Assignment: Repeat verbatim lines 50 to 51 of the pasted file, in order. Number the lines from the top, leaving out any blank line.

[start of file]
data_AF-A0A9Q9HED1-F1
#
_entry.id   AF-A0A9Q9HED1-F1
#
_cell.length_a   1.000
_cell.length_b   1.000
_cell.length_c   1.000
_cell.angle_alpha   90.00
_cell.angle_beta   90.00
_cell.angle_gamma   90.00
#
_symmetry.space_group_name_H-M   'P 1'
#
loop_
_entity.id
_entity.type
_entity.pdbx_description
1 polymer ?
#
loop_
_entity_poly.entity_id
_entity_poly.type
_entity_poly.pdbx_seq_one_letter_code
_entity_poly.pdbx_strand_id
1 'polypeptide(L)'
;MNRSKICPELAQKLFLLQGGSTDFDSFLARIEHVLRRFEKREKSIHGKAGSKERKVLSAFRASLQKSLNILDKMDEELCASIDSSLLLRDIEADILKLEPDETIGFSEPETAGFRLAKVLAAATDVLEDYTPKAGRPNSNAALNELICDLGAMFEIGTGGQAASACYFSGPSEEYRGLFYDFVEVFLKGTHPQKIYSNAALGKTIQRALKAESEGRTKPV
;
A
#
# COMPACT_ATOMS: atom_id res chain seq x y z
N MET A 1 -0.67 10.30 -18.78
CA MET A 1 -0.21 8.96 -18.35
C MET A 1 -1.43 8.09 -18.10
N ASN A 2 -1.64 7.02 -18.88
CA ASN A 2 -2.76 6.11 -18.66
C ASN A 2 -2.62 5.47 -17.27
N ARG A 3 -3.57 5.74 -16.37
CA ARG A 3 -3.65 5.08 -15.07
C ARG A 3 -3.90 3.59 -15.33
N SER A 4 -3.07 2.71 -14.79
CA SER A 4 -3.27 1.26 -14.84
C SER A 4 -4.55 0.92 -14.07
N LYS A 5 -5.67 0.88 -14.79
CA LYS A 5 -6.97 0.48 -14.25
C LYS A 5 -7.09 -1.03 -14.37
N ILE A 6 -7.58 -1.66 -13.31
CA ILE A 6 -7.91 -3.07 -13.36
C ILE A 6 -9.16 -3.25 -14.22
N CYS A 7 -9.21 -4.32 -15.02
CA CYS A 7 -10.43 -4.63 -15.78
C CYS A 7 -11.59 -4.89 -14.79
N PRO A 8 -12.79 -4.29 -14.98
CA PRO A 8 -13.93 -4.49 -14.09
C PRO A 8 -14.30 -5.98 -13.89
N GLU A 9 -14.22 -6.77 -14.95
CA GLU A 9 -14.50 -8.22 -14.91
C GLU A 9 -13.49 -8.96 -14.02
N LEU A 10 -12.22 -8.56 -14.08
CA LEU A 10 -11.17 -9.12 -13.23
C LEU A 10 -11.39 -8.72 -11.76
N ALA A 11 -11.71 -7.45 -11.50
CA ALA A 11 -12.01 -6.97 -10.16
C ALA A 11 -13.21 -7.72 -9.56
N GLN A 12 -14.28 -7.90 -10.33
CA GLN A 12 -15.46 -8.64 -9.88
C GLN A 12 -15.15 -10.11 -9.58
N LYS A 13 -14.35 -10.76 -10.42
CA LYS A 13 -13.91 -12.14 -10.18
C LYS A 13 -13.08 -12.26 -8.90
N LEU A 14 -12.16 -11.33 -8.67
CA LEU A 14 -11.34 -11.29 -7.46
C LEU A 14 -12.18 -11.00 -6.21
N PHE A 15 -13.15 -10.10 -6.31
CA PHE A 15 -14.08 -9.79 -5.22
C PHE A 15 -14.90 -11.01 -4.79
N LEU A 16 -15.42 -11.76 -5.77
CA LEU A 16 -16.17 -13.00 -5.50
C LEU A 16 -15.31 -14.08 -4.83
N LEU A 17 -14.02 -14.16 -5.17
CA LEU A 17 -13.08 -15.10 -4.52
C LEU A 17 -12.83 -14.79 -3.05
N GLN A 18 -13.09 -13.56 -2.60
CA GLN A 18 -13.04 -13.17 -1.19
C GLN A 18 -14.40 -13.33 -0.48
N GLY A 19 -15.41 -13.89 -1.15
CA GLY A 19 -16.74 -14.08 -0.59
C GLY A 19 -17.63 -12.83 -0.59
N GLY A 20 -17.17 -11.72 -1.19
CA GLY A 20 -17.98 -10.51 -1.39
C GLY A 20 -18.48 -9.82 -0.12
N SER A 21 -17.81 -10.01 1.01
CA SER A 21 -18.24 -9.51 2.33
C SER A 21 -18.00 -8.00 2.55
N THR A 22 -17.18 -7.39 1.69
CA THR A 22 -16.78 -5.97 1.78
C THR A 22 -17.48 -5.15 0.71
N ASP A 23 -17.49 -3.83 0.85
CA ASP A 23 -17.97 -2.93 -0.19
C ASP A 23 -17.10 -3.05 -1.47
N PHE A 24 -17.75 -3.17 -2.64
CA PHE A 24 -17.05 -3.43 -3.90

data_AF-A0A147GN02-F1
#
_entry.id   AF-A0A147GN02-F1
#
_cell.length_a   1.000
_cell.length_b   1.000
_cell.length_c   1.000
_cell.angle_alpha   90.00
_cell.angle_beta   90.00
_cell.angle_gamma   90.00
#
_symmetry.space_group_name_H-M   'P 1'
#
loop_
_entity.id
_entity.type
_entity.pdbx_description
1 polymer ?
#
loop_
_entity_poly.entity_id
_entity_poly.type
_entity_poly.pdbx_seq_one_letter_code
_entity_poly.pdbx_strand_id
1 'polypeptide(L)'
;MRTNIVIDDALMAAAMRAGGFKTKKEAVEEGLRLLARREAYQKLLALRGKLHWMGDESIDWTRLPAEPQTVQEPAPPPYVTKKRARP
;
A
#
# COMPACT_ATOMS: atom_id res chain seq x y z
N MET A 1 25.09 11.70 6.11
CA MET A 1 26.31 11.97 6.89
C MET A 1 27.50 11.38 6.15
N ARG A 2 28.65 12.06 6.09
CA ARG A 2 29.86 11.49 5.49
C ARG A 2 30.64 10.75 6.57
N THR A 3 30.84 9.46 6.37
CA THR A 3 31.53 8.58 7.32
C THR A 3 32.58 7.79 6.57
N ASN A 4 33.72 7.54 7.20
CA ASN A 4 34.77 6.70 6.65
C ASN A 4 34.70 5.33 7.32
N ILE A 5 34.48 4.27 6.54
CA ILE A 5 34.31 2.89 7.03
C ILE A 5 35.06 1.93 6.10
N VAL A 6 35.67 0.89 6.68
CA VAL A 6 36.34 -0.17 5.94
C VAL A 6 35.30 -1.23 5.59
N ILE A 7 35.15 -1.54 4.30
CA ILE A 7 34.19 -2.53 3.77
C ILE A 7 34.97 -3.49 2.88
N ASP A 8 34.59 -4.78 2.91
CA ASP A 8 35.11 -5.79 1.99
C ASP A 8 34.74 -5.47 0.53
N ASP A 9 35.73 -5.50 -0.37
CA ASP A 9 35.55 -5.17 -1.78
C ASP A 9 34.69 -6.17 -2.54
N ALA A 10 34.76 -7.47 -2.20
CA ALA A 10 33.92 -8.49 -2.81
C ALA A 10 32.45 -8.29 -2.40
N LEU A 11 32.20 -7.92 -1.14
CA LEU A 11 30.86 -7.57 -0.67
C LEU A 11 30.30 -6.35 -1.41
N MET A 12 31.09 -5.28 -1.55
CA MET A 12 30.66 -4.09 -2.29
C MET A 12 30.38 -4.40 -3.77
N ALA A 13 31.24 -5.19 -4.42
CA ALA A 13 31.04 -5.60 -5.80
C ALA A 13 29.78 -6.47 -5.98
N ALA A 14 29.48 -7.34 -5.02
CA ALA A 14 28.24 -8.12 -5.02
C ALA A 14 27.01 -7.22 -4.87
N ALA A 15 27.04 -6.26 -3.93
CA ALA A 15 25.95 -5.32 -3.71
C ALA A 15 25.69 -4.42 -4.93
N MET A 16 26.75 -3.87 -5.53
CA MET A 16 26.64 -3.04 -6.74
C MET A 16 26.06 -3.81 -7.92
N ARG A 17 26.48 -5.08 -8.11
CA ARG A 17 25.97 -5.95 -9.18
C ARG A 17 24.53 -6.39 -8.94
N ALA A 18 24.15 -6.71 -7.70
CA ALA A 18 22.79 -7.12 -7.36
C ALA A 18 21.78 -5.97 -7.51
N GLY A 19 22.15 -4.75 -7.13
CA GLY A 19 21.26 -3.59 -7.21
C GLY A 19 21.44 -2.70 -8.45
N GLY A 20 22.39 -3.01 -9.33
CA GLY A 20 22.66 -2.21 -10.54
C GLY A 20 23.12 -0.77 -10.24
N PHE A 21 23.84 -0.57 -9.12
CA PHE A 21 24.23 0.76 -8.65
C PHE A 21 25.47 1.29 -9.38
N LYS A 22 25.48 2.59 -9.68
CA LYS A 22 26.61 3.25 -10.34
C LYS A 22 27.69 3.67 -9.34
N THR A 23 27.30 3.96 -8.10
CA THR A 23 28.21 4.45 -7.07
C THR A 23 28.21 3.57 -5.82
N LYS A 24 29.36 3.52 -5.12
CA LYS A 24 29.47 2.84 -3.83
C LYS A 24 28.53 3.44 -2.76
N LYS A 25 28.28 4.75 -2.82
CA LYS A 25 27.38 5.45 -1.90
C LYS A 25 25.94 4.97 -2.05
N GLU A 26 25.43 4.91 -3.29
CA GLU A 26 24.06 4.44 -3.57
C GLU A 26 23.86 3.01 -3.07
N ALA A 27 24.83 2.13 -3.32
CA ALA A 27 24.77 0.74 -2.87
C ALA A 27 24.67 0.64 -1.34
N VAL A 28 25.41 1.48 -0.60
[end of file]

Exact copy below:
CA CYS A 7 -10.43 -4.63 -15.78
C CYS A 7 -11.59 -4.89 -14.79